Just months before Berlin was divided into East and West by the Berlin Wall, the 1961 European Figure Skating Championships were held in that city from January 26–29. When construction of the infamous wall began in August 1961, it signified the final divide of not only a city but a nation. Additional barriers, including more than one million anti-personnel landmines, along the 850-mile border between East and West also helped to “protect” the citizens of East Germany from the evils of the capitalist West Germany. It would be nearly 30 years before citizens would be free again to pass over the border—in Berlin or elsewhere.
The stark design of the pins produced for the 1961 European Championships perhaps reveals much about Germany itself at the time. The black and white palette can be viewed as a metaphor for the age-old struggle of good versus bad. For example, is the skater in white whose reflection is in black meant to symbolize cultural and political strife? Does it symbolize opposing sides and values? Or something else? Or nothing? One can only conjecture. Bold and graphical, the pins make a solemn statement, whether intentional or not.
The well-made pins are a fine memento of the only major international figure skating championship that took place that year, given the sudden and subsequent cancellation of the 1961 World Championships, scheduled for Prague, Czechoslovakia. In the gallery below are four examples of pins from the European event, each issued to a different participant: Competitor, Official, Judge, and Functionary. Like the medals awarded to winners at the event, the finishes of the decorative borders on the pins are gold, silver, and bronze. Interestingly, the pin given to competitors features a silver border when one would think it might have been more appropriate for athletes—who comprise the reason for the event—to have been honored with gold.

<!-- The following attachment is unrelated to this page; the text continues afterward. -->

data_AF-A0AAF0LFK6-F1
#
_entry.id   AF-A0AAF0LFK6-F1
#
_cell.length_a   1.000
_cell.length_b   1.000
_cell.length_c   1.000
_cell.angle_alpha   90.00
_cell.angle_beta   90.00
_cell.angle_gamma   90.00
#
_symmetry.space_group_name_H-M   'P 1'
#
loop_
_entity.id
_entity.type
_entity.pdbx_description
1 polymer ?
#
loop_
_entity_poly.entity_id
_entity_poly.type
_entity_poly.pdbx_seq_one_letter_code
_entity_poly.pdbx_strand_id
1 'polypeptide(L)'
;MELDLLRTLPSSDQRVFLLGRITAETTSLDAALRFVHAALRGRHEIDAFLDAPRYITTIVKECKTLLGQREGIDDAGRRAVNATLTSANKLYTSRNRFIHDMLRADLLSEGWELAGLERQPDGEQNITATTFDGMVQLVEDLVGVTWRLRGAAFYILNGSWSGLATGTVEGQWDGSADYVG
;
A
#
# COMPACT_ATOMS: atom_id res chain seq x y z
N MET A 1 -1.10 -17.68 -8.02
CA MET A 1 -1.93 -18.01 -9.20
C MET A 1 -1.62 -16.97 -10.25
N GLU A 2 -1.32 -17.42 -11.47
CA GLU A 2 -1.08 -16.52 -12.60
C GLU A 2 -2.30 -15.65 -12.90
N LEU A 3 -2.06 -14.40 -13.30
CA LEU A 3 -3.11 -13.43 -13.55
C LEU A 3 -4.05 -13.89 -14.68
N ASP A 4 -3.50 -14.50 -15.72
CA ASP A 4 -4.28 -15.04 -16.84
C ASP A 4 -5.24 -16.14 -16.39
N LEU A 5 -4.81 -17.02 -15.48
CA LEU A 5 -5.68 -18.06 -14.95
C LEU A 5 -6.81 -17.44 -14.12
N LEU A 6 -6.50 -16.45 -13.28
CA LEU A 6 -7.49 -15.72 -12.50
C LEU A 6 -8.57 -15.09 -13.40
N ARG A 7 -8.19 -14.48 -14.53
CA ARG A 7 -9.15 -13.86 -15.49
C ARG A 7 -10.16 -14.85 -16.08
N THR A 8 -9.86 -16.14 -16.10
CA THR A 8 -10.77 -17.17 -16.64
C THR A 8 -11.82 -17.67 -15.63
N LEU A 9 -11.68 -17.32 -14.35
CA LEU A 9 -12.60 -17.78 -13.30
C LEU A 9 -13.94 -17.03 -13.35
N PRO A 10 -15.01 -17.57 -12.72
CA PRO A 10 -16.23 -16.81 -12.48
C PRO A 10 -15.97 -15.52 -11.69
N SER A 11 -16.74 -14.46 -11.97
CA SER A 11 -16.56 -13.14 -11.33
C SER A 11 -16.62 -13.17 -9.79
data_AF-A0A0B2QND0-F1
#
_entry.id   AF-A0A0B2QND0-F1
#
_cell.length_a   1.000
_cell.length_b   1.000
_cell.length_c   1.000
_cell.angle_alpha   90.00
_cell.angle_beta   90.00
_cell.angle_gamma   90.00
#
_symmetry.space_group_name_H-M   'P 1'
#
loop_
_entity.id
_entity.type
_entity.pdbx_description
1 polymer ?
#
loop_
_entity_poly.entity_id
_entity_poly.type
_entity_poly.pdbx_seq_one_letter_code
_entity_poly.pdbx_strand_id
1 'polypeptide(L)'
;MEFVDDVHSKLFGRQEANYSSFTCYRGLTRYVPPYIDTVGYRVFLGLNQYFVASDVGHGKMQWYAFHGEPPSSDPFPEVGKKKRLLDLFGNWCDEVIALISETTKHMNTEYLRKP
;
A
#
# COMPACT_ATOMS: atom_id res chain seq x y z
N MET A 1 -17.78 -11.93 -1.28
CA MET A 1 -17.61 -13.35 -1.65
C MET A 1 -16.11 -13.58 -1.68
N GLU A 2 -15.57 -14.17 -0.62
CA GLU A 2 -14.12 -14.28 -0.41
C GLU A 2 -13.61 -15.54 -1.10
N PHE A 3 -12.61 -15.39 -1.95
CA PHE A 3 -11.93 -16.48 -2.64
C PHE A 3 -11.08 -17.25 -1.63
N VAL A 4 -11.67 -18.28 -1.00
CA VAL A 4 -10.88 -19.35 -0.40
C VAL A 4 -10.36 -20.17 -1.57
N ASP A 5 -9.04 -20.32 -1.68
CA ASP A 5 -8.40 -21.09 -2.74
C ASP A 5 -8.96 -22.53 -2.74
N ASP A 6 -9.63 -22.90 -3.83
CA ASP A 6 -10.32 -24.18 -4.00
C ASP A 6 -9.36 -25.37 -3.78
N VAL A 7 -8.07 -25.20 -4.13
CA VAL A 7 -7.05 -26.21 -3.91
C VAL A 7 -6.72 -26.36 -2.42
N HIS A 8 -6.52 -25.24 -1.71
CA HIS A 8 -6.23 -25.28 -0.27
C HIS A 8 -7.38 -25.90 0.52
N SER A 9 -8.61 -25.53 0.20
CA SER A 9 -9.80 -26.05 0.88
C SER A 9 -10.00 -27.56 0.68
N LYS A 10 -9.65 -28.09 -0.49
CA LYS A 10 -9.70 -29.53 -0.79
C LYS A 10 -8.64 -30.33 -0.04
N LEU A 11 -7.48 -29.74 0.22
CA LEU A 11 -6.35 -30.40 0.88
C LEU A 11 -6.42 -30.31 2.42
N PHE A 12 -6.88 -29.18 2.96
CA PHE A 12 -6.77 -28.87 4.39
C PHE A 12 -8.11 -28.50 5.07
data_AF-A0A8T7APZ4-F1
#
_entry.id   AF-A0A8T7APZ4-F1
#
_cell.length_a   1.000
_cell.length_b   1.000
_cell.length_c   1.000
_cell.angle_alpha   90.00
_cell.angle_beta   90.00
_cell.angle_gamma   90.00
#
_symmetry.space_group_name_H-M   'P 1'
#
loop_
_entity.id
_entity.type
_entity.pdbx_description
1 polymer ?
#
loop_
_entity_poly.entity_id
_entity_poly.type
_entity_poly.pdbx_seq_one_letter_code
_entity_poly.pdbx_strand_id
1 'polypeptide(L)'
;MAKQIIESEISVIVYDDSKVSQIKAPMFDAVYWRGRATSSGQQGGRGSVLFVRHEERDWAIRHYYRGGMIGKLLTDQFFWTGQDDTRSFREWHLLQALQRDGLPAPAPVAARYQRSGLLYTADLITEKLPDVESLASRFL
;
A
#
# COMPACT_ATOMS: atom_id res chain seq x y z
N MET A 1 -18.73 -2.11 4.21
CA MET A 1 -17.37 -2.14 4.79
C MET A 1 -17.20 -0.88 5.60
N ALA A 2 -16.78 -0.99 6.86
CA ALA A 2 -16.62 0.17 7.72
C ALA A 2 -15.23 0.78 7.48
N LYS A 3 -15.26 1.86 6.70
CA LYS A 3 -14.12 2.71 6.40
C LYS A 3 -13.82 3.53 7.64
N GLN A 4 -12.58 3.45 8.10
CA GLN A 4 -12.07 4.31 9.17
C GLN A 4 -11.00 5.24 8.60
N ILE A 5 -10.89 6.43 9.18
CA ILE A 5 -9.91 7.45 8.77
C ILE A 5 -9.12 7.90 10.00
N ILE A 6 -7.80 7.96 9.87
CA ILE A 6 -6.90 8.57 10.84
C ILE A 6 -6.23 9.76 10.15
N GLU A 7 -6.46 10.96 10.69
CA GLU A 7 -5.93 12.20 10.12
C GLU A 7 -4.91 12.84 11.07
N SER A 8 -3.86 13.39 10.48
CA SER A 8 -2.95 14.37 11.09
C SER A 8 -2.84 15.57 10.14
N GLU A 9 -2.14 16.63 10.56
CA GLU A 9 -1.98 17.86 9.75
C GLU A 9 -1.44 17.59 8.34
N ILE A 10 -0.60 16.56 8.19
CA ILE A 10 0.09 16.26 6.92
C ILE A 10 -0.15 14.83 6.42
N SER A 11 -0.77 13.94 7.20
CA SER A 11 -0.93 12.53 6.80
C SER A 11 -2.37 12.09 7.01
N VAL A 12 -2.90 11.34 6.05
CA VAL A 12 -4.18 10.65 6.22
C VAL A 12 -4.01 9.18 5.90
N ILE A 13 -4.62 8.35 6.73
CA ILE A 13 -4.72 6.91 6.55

The stark design of the pins produced for the 1961 European Figure Skating Championships perhaps reveals much about Germany itself at the time.
The highly stylized female skater, reflected in what appears to be a spotlight, is both graceful and athletic, mirroring the sport in both respects. Transecting the skater where the imaginary blade meets the ice and arranged on various angles are the event name, location, and date: “Europameisterschaften im Eiskunstlauf u. Eistanz, Berlin, 26.-29.1.1961.” The highly creative and visually compelling way in which these pieces of information is arranged is unlike any other European Championship pin, or any other major championship pin. Collectively, these elements also suggest the six-sided shape of a snowflake crystal. On each pin, below the main artwork design, is the recipient’s designation. The substantial pins have enamel fills and measure approximately 1-1/4″ x 1-3/4″ (3.2 cm x 4.4 cm) each.
Enjoy East Leaves West. 1961.
1961 European Championships Gallery
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